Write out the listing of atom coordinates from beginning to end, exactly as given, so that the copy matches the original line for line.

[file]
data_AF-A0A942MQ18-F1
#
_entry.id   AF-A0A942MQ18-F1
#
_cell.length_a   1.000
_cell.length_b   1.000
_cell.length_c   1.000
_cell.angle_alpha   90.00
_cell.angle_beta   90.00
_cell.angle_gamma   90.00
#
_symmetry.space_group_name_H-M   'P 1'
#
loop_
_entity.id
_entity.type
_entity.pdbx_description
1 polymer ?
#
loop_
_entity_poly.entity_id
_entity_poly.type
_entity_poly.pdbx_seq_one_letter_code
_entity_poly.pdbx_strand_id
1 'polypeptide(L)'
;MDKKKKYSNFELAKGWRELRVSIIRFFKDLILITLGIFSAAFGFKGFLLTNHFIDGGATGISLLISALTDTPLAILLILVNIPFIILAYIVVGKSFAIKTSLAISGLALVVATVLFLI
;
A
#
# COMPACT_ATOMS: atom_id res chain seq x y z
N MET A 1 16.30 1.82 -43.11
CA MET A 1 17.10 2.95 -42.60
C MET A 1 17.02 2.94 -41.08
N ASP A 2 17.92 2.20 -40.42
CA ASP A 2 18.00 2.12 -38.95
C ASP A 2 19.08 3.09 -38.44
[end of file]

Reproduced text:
data_AF-A0A942MQ18-F1
#
_entry.id   AF-A0A942MQ18-F1
#
_cell.length_a   1.000
_cell.length_b   1.000
_cell.length_c   1.000
_cell.angle_alpha   90.00
_cell.angle_beta   90.00
_cell.angle_gamma   90.00
#
_symmetry.space_group_name_H-M   'P 1'
#
loop_
_entity.id
_entity.type
_entity.pdbx_description
1 polymer ?
#
loop_
_entity_poly.entity_id
_entity_poly.type
_entity_poly.pdbx_seq_one_letter_code
_entity_poly.pdbx_strand_id
1 'polypeptide(L)'
;MDKKKKYSNFELAKGWRELRVSIIRFFKDLILITLGIFSAAFGFKGFLLTNHFIDGGATGISLLISALTDTPLAILLILVNIPFIILAYIVVGKSFAIKTSLAISGLALVVATVLFLI
;
A
#
# COMPACT_ATOMS: atom_id res chain seq x y z
N MET A 1 16.30 1.82 -43.11
CA MET A 1 17.10 2.95 -42.60
C MET A 1 17.02 2.94 -41.08
N ASP A 2 17.92 2.20 -40.42
CA ASP A 2 18.00 2.12 -38.95
C ASP A 2 19.08 3.09 -38.44